Progress Report: January 2014

I started working Aurora’s Nightmare back in the summer of 2011, though the original idea and early planning came long before (maybe I’ll talk about that in a future post).  However, work on it has been rather sporadic since it often has to take a backseat to both my current full time job (Professor of Game Design) and some of my other side jobs and projects (most recently, the writing I did for EverQuest Next).  So how far along is it now?  I’ve prepared the following chart to track its development progress.

Aurora's Nightmare Progress Jan 19 2014

Aurora’s Nightmare Progress Jan 19 2014

And that’s the chart.  It’s pretty simplistic now, but I think I’ll slowly make it fancier each time it’s posted.  Anyway, since this is its first appearance, I think some explanations are in order.  The color scheme is simple.  Red stands for completion (in terms of both the progress bars and text), black for everything else.

The story section represents the plot and script.  At present, I’ve completed all the initial setting and character development and have a rough plan of what’s going to happen in each of the three main story paths or routes, completing the planning section.
In terms of fully written script, I’ve got around 87 pages so far, which encompasses the entirety of the common route (things that happen at the beginning of the game before it has any major splits) and the first part of the first route (I’ll talk a bit more in-depth about the routes and what sets them apart in future updates).  I’m expecting the story to end up somewhere between 600 – 800 pages.  Though it’s still too early for me to say for sure.
Finally, editing is the process of going back over the completed script, fine tuning things, fixing typos, and so on.  I tend do a lot of rereading and light editing as I write, but I decided to have the editing bar represent the final couple of passes only (after the first draft is completed).  I tend to be pretty fast when it comes to editing so, once this phrase rolls around, it’s likely to be completed fairly quickly.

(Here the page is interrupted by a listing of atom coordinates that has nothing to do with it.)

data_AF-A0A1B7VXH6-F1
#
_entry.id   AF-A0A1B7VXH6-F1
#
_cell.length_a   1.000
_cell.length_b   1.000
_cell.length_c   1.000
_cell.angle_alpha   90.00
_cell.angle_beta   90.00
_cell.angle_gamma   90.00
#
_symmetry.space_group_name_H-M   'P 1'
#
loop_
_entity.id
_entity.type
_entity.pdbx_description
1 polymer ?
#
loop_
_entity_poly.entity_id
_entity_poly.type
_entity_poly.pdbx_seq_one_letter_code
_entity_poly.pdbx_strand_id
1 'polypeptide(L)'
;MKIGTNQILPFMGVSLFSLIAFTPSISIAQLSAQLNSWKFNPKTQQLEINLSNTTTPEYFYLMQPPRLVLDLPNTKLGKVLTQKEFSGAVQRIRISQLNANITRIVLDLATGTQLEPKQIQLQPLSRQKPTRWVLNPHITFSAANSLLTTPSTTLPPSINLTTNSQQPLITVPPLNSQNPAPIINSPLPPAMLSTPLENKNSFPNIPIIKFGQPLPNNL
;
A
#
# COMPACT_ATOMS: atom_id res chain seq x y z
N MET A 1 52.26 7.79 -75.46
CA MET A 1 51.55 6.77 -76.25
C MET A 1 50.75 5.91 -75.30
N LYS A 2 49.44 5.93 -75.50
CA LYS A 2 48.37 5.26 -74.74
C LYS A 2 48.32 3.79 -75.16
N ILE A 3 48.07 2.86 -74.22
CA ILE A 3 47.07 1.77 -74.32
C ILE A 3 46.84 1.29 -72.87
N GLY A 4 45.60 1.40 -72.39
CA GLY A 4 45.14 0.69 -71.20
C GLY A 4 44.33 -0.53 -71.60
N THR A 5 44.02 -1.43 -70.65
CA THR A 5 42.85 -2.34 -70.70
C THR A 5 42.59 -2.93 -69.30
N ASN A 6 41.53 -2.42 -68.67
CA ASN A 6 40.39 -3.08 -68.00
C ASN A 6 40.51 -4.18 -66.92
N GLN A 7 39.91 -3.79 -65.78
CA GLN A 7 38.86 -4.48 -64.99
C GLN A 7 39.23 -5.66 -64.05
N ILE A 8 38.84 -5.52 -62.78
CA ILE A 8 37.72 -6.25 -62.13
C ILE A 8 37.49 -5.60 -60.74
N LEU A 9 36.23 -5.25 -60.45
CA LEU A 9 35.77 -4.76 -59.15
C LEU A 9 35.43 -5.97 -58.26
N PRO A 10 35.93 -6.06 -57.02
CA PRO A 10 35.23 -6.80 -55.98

Character art refers to all the different poses for each character (visual novels tend to switch between a large number of still images, rather than use full animation).  The characters designs and sketches, done by artist Hanbee Lee, are all complete.  However, she’s not really a digital artist so, while she made a lot of great drawings, they need some additional work before they can be used in-game.
Clean-up and coloring is just what it says.  I clean up her original sketches so they’ll look better on a computer (which mostly involves retracing a lot of lines along with some mostly minor editing) and then color them in.  That’s what I’m currently working on.  It’s proven to be more time consuming than I originally estimated, but is progressing smoothly.
Finally, shading is the final pass on the colored images, adding shadows, light reflection, and other visual tweaks and improvements.  Right now, the shading is being handled by my friend Brian Morris.
I’ll note that, in terms of the progress bars for both clean-up and shading, they’re not entirely accurate since some poses take a lot more work than others.  For example, cleanup and coloring on an original full body pose could take me anywhere from 6 – 10 hours, while doing a derivative pose with a different expression might only take 2 – 3.  If you were to look at it in that regard, you could probably add around 15% to both of those gauges.

Background art are the images that go behind the character art to show you where the current scene is taking place.  Since Aurora’s Nightmare isn’t a globetrotting epic or cross stellar adventure, relatively few backgrounds are needed compared to the character poses.  But the backgrounds do require considerably more work.